“The efficacy has been clearly better for pembrolizumab compared to chemotherapy, and the tolerability has been clearly better. So this tells us that we have to change our diagnostics for lung cancer. So besides the diagnostics for EGF receptor or ALK translocation we have to implement PD-L1 testing in our up-front diagnosis for lung cancer because we have got a completely new treatment option for this group of patients,” Reck told the Audio Journal of Oncology.
In the KEYNOTE-024 study patients with nonsquamous NSCLC were randomized either to 35 cycles of pembrolizumab, or between four and six cycles of investigators’ choice of platinum doublet chemotherapy (carboplatin or cisplatin plus pemetrexed, carboplatin or cisplatin with gemcitabine, or carboplatin plus paclitaxel) with optional pemetrexed maintenance.
The primary end point was progression-free survival (PFS). Secondary end points were overall survival (OS), overall response rate (ORR), and safety.
After a median follow-up of 11.2 months, nearly half of the 305 patients randomized to pembrolizumab chose to continue with their allocated initial therapy while only ten percent of those in the chemotherapy arm opted to continue with their initial treatment. Crossover was allowed, and when the disease progressed 44 percent of patients initially assigned to chemotherapy crossed over to pembrolizumab.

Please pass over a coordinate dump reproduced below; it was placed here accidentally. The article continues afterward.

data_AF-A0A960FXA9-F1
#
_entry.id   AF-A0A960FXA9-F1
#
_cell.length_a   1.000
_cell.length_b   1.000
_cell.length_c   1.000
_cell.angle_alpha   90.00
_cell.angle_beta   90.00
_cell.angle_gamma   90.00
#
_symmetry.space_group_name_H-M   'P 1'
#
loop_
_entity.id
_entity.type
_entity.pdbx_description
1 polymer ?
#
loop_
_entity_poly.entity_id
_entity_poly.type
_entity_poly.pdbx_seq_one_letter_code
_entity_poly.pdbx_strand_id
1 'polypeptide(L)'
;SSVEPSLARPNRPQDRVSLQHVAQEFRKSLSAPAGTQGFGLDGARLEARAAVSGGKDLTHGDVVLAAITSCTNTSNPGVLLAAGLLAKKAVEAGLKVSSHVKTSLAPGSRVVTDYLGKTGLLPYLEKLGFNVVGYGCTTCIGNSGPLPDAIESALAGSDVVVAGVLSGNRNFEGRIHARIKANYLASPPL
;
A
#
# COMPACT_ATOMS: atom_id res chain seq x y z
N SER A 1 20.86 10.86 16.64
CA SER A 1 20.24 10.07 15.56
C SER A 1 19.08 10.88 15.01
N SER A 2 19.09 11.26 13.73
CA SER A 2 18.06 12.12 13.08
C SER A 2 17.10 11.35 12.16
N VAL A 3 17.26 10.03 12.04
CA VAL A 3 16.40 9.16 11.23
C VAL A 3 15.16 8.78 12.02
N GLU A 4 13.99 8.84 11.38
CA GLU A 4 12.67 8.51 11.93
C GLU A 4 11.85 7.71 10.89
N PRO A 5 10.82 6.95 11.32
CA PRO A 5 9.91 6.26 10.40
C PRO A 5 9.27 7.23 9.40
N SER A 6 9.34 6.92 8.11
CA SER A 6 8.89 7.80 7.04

Patients initially assigned to treatment with pembrolizumab lived a median of more than ten months before their disease progressed compared with only six months for those receiving chemotherapy. The immunotherapy was also associated with higher ORR (45percent compared with 28 percent) and longer duration of response —the median was not reached in the pembrolizumab arm and was 6.3 months with chemotherapy.
Six months after starting treatment 80 per cent of patients who started on pembrolizumab were alive compared with only 72 per cent for those initially allocated to chemotherapy. This was equivalent to a 40 per cent reduction of mortality risk for patients on pembrolizumab monotherapy—despite the high crossover rate.